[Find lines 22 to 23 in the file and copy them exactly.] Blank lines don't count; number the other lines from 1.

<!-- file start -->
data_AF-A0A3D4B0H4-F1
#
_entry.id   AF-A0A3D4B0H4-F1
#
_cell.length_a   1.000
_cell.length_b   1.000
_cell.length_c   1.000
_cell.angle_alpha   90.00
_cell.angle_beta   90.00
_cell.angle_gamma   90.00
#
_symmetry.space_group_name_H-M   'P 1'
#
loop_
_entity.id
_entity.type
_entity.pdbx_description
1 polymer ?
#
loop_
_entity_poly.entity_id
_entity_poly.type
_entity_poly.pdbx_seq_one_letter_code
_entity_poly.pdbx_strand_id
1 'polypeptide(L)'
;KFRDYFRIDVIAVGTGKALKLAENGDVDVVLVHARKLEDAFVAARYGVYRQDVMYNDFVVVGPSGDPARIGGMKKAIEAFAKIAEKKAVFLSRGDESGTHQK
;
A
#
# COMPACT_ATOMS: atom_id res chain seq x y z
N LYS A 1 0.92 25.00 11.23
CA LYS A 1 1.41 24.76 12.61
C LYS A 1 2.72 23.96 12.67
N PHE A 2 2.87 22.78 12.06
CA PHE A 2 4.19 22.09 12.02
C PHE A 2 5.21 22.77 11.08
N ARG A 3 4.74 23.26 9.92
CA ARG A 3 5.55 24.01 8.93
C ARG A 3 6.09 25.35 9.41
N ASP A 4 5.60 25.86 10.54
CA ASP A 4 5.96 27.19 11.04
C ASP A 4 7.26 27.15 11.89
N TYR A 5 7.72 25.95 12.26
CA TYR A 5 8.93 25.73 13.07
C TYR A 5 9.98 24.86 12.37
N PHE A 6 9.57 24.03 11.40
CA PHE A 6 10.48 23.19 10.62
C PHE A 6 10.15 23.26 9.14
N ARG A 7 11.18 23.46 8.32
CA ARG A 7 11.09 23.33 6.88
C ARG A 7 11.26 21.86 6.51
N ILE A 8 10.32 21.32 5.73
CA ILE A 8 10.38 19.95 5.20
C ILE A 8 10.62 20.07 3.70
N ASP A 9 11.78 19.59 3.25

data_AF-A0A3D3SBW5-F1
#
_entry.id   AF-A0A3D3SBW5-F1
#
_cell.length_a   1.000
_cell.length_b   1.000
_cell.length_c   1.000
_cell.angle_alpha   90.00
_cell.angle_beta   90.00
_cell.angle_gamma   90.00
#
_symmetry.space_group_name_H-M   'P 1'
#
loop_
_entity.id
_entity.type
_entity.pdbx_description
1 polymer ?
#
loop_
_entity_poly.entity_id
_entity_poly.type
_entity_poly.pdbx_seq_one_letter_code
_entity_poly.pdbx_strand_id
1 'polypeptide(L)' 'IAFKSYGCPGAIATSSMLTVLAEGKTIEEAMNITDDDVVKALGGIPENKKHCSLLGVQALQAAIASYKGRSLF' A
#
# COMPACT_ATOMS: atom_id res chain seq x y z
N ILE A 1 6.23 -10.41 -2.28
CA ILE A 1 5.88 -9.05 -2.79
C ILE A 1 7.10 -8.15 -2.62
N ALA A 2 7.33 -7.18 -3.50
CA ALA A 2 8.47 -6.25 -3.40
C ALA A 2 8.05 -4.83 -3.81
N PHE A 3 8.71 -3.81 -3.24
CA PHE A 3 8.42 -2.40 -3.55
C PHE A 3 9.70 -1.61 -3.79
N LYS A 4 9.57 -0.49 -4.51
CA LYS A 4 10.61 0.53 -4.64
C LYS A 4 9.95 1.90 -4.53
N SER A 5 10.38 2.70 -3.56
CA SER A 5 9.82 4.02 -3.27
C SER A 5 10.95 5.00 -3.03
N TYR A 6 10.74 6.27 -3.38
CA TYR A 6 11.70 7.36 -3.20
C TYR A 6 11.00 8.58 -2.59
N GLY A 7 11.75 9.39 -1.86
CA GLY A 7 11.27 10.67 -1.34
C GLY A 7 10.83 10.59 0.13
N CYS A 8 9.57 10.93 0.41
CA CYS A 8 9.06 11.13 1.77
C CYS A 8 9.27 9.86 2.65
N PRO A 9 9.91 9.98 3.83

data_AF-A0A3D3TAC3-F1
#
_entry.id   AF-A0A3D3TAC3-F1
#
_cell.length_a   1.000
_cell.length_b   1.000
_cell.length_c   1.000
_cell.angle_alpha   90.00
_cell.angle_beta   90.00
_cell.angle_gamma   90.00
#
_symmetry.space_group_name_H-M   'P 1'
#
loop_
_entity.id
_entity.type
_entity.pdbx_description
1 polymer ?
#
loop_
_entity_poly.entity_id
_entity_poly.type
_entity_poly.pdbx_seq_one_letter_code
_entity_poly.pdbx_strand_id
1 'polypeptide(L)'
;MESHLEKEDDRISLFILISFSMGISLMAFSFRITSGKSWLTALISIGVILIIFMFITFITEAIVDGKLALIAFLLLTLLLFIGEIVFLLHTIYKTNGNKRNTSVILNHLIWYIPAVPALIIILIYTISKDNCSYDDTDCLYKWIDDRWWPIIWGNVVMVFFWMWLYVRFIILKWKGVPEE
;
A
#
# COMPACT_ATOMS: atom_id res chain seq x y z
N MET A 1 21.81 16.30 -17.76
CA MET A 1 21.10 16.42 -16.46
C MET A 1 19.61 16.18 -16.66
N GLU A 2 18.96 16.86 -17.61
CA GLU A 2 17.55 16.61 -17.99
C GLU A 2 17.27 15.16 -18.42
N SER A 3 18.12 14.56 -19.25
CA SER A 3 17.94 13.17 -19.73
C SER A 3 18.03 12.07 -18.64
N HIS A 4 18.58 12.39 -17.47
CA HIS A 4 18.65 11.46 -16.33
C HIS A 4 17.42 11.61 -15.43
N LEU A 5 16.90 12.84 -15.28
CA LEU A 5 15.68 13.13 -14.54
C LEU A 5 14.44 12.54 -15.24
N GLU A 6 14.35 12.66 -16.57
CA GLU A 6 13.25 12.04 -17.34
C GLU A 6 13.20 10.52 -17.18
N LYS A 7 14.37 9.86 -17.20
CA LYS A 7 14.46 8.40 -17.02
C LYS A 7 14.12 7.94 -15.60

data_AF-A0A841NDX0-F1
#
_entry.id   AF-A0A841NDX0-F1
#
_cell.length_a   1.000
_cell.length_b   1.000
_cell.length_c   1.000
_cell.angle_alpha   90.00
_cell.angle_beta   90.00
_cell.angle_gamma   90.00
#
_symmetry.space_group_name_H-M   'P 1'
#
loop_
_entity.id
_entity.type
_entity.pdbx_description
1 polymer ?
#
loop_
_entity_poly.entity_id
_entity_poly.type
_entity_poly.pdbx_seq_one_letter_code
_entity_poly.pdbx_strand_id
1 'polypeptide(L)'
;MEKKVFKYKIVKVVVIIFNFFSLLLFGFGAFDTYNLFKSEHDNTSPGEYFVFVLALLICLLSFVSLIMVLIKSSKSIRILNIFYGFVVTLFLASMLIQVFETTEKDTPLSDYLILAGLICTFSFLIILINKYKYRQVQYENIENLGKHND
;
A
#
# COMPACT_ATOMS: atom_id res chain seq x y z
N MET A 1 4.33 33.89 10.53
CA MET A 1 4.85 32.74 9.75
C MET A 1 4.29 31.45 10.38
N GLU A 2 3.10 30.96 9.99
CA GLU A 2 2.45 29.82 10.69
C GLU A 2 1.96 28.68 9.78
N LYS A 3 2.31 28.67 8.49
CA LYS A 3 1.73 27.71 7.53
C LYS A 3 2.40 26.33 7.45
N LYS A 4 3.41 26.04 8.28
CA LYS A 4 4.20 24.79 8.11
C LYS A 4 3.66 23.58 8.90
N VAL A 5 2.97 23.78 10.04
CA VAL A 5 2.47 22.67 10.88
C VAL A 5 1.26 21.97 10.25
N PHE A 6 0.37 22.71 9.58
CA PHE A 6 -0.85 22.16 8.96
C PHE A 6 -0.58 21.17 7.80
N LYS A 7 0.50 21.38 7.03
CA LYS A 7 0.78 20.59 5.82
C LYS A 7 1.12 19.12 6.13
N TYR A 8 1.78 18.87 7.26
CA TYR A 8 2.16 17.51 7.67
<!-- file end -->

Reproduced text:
_entity_poly.type
_entity_poly.pdbx_seq_one_letter_code